That said, Marty had 4 goals and 16 assists as a Flame (24 years old). The Flames didn’t even think he was worth a roster spot because of his height. Byron’s season last year was actually better than the season St. Louis gave us.

            Even if Byron went on to become a quarter of the player St. Louis was (Carl Hagelin maybe) we will have lost out again on a hell of a player. Again.

            We know Byron’s a good hockey player, his advanced stats make that painfully obvious. And we know Byron has some real upside if he ever simply starts sinking breakaways.

            Giving up on him because he’s small is stupid.

            These are your words, NOT mine:

            “I wonder why he’s a 25 yr old player that’s been in and out of the line up or in the minors or hurt looking at potentially getting a 1-2 yr deal. If he was as good as everyone thinks he is, he would of been more of a priority signing rather than another fringe player.”

            replace “25” with 24″ and they fit Marty St. Louis to a tee. Like, the kind of argument that got Marty bought out instead of joining Iggy and Savard for multiple Cups

    • FlamesRule

      Absolutely sign him for something like this and make one of the guys on the farm outplay him for a spot. None of our current prospects can be slotted into any line like Byron can – we need that for injury replacement.

  • Jeremy

    Anything over the absolute minimum is an overpayment. He’s an AHL player, not NHL. You need to score not miss all the time.

    Minimum and a 2 way deal. Thats fair for Byron.

  • Johnny Goooooooaldreau

    “Can fit in just about anywhere, from the first line to the fourth”

    No thank you. If you have that guy in your top 6 you are NOT making the playoffs, never mind winning the cup.

  • The Last Big Bear

    If I had to choose only one player out of Byron, Bouma, and Jooris, it would be a tough decision.

    But I would take Byron.

    If it becomes Byron@$900k vs Bouma@$1.6m, then it’s not even a question for me.

  • TheoForever

    Byron’s 25 now and has been passed by many of the younger guys on the depth chart. With the overwhelming congestion at the forward ranks I could see this being it for him, a sign and trade, as opposed to losing him for nothing had they not re-signed him would be a logical option at this point, not sure if he actually holds any level of trade value though.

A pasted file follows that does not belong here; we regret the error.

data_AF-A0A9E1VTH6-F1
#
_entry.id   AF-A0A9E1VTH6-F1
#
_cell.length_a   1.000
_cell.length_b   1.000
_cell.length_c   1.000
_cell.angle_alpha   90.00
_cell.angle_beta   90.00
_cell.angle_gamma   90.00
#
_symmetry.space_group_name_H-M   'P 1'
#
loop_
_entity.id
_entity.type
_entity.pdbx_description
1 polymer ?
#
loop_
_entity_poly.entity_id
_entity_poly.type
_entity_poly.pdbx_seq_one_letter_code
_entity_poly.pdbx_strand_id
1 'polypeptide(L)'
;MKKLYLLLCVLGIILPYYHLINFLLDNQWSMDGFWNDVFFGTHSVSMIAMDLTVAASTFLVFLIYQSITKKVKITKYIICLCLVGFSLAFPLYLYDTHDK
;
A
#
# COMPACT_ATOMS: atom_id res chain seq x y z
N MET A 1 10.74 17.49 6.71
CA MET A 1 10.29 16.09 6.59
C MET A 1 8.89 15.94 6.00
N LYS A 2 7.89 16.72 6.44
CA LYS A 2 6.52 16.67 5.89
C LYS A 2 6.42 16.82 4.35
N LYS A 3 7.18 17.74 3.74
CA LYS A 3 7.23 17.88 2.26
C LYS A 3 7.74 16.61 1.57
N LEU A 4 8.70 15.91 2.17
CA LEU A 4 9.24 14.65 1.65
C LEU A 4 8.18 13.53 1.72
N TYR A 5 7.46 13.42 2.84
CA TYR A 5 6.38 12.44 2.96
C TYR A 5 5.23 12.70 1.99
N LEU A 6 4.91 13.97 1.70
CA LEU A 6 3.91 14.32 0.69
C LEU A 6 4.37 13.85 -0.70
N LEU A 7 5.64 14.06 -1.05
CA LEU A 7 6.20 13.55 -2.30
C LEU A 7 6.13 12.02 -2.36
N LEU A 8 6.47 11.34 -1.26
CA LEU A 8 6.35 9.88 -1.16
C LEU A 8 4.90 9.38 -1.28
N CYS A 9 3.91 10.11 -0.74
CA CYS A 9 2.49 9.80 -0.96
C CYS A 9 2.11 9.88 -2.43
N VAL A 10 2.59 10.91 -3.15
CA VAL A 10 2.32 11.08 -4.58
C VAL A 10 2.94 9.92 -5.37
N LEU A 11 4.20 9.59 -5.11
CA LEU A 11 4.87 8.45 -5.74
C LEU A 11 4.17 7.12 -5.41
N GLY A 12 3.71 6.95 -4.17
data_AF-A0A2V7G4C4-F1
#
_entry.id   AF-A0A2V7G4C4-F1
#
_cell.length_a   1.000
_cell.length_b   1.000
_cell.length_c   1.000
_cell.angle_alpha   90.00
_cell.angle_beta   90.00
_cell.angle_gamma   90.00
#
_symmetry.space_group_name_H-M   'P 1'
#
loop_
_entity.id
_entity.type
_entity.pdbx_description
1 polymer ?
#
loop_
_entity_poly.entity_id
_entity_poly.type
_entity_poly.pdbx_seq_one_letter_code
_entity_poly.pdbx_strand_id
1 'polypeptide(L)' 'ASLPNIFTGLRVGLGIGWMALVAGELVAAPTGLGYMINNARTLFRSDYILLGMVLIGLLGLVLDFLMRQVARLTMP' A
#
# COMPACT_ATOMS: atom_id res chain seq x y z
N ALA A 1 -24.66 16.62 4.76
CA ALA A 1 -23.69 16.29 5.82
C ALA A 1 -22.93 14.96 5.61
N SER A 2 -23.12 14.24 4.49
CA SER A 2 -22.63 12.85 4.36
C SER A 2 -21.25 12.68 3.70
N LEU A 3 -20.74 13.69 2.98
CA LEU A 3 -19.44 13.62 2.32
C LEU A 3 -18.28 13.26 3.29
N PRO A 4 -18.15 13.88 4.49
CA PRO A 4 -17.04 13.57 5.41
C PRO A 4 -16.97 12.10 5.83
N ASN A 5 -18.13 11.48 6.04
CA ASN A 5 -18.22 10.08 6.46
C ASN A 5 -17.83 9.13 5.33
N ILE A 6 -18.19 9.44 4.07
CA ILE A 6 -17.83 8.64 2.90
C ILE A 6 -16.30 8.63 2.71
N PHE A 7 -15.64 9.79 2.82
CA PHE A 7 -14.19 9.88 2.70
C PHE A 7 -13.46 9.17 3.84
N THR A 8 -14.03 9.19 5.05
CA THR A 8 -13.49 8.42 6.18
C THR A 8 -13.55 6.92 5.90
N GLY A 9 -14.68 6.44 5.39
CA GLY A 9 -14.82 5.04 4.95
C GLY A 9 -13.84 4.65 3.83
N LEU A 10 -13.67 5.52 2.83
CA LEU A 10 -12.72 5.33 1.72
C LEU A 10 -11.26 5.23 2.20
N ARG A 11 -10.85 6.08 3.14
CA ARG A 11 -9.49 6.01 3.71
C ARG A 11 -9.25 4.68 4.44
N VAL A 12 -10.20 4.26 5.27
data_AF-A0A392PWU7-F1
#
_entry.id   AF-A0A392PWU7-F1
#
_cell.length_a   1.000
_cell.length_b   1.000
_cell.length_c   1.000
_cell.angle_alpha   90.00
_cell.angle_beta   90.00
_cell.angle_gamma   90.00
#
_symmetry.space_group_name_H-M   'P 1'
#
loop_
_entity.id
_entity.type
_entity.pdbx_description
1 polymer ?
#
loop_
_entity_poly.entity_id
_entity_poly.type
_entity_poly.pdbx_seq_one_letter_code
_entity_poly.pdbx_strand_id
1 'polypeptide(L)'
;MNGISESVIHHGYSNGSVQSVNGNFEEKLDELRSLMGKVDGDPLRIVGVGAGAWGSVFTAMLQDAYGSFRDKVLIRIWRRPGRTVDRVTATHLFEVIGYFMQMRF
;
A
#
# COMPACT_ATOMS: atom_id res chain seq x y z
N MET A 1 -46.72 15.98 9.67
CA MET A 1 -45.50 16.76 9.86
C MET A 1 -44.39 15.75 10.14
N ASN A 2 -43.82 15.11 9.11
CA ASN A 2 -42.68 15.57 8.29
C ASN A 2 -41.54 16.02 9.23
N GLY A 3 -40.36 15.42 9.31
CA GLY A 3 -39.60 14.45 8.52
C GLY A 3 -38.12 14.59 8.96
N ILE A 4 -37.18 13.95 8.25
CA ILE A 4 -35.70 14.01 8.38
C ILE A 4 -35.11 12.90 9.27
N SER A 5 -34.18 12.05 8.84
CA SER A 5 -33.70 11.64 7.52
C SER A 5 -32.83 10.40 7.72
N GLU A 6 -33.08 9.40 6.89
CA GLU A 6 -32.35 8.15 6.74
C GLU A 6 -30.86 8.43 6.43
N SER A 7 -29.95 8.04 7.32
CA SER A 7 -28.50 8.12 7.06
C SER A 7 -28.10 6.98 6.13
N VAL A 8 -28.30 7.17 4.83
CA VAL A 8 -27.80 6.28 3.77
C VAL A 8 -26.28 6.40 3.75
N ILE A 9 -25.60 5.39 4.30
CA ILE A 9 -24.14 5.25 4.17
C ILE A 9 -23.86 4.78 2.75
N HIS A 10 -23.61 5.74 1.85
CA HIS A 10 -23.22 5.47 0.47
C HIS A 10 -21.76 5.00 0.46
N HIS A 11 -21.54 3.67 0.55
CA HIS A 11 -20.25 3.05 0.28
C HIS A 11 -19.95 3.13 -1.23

Nonetheless it would open up more opportunity for some of the younger players establishing themselves.

  • Graham

    Unlike previous years the Flames have lots of options for the bottom part of the lineup. Sign Bryan for fourth line money or let him walk. We’re not in a cap crunch yet, but we need to be smart signing these low end guys.

  • There are too many younger, better prospects coming up (Ferland, Poirier, Arnold etc), no real reason to keep this guy in the long term plans, I would expect this to be his last year wearing red.

    He’s not a top 6 guy putting up offense and isn’t an ideal bottom six guy either, he’s like Colborne in the sense that he isn’t either of those things and just kind of spots in wherever. He’s been a solid little depth guy for us but I would imagine he’s going to struggle to get ice time this year, barring injuries, given how we even have more full-time forwards looking for full time jobs this year than any other

  • Way over rated by all the “be all end all” Corsi obsessed writers on this site that constantly use that single stat alone to determine a player’s worth. That’s great he can move the puck towards the opposing teams goal, but he does absolutely nothing productive with it once in a scoring position.

    At the end of the day he doesn’t put points on the board and impact the final score of the game and that’s all that matters. He’s become expendable with all the forward depth we have now, one year max is what I’d expect the flames choose, hopefully it’s under $1M awarded to him

  • Trevy

    Byron gets bumped off the puck too easy and is injury prone as hell, he can’t handle the physicality of playing against much larger grown men.

    My 12 year old nephew is the exact same height and weight as this guy, yikes